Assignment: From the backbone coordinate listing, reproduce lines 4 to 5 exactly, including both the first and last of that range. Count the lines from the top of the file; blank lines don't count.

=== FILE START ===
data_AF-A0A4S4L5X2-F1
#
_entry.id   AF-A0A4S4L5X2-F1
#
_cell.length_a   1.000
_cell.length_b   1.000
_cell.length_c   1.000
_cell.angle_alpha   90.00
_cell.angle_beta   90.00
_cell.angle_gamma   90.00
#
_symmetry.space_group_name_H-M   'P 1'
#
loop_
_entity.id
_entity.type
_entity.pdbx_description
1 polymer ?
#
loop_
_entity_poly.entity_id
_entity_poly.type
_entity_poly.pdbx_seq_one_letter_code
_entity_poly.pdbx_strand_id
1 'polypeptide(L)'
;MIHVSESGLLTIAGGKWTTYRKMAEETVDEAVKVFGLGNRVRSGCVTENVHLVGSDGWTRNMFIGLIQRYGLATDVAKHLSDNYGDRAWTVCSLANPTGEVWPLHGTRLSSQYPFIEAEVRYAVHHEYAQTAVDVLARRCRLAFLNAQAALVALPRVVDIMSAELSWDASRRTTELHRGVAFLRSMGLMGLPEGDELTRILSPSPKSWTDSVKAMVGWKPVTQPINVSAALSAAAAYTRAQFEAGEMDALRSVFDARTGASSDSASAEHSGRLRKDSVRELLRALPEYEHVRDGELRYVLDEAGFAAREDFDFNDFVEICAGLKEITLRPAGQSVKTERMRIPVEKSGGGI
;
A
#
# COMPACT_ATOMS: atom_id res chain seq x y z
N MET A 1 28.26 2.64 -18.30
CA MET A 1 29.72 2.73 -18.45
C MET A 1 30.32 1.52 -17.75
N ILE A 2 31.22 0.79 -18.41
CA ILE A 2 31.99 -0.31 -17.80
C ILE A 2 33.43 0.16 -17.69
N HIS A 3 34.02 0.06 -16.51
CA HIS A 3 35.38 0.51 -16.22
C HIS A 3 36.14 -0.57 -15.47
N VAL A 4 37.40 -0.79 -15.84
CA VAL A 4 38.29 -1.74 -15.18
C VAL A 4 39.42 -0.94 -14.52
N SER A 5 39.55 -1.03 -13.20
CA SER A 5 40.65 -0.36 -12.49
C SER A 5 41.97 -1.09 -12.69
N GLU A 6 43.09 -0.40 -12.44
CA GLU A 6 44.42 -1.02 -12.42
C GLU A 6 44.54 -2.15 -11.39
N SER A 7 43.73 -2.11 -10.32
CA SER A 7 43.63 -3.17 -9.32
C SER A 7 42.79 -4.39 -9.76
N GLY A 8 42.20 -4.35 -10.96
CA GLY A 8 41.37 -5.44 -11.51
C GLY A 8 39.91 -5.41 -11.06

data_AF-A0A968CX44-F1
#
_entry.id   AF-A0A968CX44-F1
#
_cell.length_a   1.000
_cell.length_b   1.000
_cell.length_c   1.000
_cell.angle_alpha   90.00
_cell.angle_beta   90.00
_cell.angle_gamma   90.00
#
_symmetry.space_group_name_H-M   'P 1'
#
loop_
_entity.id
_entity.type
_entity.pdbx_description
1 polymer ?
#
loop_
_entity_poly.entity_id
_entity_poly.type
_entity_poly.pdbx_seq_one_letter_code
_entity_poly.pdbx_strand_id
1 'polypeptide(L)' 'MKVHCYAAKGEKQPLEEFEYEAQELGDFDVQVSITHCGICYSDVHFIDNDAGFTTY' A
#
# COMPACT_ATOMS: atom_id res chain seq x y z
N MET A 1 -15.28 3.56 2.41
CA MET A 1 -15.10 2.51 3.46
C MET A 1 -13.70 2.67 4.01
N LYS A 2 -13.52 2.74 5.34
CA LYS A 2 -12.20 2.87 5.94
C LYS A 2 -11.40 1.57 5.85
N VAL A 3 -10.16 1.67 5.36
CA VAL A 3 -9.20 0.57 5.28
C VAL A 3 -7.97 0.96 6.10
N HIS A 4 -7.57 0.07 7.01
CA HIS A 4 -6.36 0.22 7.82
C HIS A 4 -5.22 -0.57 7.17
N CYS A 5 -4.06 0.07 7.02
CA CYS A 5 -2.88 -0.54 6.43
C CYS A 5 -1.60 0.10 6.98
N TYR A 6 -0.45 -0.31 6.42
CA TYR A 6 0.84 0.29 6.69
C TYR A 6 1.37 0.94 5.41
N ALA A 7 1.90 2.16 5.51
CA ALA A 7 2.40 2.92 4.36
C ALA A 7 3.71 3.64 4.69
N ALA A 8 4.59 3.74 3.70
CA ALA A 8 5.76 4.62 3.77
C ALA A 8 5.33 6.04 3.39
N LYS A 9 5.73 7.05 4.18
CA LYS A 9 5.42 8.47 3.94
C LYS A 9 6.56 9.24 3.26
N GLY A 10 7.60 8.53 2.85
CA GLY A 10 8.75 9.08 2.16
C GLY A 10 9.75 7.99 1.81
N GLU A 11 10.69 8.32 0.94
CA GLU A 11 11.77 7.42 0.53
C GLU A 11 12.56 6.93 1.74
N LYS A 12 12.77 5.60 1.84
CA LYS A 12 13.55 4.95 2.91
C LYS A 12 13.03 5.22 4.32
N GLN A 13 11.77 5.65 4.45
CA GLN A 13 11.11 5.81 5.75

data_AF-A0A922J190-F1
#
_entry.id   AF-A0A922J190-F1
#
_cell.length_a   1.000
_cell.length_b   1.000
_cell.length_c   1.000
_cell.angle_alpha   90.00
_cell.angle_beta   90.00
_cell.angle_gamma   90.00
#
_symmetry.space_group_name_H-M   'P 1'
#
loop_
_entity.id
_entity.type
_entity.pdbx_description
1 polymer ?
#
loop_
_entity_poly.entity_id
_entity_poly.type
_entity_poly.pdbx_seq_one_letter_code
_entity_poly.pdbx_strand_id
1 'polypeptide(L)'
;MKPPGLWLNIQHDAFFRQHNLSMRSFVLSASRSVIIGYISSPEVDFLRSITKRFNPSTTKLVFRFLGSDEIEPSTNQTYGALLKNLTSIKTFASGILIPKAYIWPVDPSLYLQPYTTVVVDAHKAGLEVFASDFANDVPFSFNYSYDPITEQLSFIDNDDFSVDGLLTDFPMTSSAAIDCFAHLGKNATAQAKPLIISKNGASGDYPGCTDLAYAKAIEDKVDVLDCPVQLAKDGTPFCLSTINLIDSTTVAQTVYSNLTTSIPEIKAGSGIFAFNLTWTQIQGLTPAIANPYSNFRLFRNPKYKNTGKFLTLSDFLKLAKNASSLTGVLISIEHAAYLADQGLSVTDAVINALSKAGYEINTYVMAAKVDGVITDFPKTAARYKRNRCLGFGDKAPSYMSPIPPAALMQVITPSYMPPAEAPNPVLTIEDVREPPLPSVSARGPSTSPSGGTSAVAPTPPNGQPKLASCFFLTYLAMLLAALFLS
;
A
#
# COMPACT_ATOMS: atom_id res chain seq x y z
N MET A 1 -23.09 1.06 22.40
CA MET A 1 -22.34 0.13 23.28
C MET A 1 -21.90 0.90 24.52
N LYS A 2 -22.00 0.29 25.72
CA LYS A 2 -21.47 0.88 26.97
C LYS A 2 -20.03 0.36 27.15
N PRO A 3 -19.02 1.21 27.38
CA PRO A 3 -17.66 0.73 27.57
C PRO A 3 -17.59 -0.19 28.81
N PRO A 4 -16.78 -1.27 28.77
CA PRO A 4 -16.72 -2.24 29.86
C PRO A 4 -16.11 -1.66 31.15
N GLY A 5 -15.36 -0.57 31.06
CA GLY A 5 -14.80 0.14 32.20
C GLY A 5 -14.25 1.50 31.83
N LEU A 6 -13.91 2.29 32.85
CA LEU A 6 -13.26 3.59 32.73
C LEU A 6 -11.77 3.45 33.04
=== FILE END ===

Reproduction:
#
_cell.length_a   1.000